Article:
willwash wrote:When I apply for the 2013 cycle I will have 6.5 years active duty Navy, including 2 combat deployments, over 1,000 hours in the E-2C Hawkeye (earning 2 air medals) and over 150 arrested landings. I transferred to a more prestigious undergrad halfway through college, then I got married between my junior and senior years and had to wait tables to support my pregnant wife all through my senior year. The Navy then took an extra 6 months processing my application after I graduated, so for almost 2 years we, a family of 3 and then (and now) 4, were on food stamps, until I joined the Navy. Now I am a LT (O-3) making about 100k a year. I had to set aside my lifelong dream of going to law school because my personal situation became such that I needed to obtain immediate gainful employment, and only now, 5 to 6 years after graduating, am I revisitng the idea of law school.
And yet, even with these outstanding softs, with my 3.49 UGPA, many doors are closed to me no matter how highly I score on the LSAT. I'd probably be an auto-deny at HYS+Columbia and NYU even with a 180. I think my only realistic shot at t14 is if I get at least a 171 and apply in-state, ED to UVA, or if I somehow bust a 176+ and apply ED to splitter-friendly Chicago and rely on my softs to give me a little extra forgiveness of the UGPA. I guess I'd probably get into GULC with 3.49/17X with those softs as well...but it all hinges on an outstanding LSAT score.
Tennis and SGA are great, but the other responders are correct in that they will probably detract from your academic performance now, and that that distraction will overwhelmingly cancel out any marginal benefit to your application that may be derived from participation in these activities. If I could trade all of my softs for a .31 higher UGPA, my law school prospects would improve drastically.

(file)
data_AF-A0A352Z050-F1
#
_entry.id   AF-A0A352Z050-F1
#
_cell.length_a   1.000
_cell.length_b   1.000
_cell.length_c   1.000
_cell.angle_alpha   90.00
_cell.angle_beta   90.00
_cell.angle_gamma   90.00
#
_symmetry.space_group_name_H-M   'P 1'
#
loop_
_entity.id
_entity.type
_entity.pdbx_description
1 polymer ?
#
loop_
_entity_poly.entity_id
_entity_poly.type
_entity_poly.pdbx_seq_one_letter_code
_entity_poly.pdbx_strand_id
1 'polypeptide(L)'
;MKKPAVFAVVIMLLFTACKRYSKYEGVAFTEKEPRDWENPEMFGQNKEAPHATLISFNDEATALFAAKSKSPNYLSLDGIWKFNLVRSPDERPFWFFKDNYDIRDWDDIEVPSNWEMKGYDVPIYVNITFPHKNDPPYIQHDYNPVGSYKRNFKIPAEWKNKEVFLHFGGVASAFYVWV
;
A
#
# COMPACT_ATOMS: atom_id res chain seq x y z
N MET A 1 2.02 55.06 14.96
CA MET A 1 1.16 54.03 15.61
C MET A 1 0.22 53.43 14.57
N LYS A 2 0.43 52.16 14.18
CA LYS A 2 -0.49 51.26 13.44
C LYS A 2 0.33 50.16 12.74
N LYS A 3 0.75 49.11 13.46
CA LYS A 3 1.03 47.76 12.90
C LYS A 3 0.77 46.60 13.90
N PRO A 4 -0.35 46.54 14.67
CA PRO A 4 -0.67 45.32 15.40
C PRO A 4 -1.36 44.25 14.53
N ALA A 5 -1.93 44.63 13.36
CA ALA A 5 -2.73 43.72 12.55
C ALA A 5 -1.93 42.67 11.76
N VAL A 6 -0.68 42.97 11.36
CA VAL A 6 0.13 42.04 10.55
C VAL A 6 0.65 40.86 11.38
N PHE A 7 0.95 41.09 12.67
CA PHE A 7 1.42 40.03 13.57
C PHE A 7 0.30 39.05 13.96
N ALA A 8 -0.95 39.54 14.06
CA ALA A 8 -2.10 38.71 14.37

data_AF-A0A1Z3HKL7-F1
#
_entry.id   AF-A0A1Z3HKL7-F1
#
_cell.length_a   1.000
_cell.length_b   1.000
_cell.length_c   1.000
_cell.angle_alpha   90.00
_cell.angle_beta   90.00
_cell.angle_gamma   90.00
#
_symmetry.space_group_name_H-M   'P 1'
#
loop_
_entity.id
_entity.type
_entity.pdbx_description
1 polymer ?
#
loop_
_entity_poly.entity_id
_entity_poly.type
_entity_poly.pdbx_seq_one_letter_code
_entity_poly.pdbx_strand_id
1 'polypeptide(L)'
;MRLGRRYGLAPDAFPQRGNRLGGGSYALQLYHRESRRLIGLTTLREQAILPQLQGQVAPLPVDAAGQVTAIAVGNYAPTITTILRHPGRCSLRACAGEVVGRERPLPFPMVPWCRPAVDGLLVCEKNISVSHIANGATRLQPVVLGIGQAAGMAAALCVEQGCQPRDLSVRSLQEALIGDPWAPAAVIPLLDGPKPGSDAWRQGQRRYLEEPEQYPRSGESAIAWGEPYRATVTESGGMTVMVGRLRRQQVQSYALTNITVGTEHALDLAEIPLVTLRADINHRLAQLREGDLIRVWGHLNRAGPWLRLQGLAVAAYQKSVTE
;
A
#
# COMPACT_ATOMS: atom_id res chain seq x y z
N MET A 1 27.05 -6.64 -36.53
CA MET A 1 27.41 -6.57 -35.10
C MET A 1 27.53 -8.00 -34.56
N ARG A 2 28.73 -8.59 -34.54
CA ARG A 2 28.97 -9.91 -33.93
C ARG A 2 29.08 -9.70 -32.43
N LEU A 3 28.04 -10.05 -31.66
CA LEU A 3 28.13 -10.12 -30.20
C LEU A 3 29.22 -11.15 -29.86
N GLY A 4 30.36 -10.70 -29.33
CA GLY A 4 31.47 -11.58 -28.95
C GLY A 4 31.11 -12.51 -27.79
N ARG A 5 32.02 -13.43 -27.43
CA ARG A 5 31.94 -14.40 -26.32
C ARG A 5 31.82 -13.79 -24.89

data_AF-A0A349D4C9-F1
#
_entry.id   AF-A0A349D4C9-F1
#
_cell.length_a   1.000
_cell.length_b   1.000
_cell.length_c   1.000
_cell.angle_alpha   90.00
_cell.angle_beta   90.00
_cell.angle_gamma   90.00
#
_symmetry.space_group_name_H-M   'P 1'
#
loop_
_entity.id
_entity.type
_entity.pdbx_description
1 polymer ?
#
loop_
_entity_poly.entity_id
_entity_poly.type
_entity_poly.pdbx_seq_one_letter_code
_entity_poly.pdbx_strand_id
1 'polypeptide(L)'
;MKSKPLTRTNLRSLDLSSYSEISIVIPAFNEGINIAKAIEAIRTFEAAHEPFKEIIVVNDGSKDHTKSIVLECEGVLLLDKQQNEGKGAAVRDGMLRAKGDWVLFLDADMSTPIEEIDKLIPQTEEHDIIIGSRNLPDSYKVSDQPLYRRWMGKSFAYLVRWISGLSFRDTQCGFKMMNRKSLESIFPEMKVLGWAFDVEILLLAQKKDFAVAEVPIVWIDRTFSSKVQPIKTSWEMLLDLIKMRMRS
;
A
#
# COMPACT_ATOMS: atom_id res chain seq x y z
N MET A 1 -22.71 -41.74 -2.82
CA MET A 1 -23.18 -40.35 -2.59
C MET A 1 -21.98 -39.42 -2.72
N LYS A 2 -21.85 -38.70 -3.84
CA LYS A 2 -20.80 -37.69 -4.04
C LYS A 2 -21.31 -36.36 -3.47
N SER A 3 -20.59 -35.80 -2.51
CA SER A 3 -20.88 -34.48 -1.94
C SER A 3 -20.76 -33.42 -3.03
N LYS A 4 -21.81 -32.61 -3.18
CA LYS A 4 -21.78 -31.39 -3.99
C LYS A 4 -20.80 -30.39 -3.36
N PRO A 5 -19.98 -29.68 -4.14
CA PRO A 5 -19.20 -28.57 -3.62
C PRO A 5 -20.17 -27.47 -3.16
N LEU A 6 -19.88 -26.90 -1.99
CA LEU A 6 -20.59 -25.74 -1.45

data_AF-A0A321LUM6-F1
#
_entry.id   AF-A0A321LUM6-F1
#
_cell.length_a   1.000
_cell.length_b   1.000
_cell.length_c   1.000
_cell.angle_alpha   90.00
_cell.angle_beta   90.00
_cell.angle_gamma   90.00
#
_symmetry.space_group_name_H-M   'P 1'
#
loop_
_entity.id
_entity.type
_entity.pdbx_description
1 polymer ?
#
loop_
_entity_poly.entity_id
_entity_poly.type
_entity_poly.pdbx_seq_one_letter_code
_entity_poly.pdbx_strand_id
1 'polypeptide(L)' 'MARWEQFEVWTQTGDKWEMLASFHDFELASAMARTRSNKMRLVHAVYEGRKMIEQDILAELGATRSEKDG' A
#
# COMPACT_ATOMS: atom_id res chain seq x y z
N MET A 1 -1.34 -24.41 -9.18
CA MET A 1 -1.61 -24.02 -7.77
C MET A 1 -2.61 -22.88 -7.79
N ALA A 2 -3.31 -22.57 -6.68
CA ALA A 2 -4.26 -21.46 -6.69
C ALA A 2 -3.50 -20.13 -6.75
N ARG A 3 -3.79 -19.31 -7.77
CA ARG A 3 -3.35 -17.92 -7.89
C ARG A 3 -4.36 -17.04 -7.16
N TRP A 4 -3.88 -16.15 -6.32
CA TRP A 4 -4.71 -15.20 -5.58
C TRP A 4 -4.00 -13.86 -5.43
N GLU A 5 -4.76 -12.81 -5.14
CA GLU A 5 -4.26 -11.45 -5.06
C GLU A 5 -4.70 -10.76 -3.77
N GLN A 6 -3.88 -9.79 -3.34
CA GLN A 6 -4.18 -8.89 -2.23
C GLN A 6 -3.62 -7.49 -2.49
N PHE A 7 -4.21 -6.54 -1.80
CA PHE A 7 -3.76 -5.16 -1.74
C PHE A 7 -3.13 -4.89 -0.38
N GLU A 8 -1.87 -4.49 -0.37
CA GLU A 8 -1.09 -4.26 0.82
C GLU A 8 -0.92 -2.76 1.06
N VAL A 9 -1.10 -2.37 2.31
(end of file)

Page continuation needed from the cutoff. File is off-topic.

I would like to think that a background such as this, a compelling PS, and a decent lsat scote (168+) give you a very good shot at t-14 with money and potentially some of the schools you count yourself out for. You are not as conventional of an applicant as the bulk of prospective students who apply straight out of undergrad.
With regards to the OP, I think that softs CAN be a factor in one's application but your softs are not extraordinary. I am applying to law school, I was also heavily involved in my school's SGA and sports programs. I am willing to be that several other candidates have simillar backgrounds as well. Many on these boards cite TFA/Cure for Cancer/Veteran as an example of softs that actually make an impact. To be quite blunt, I think they are treating softs to an extreme.
All of this being said. Your application is reviewed most heavily based upon your scores and GPA. Don't take these two factors for granted. In the meantime, work hard and continue to seek out experiences that contribute to your professional interests and development. Don't shy away from internships and opportunities simply because you feel your scores and grades are the most important thing. Get some experience and enjoy yourself in the process.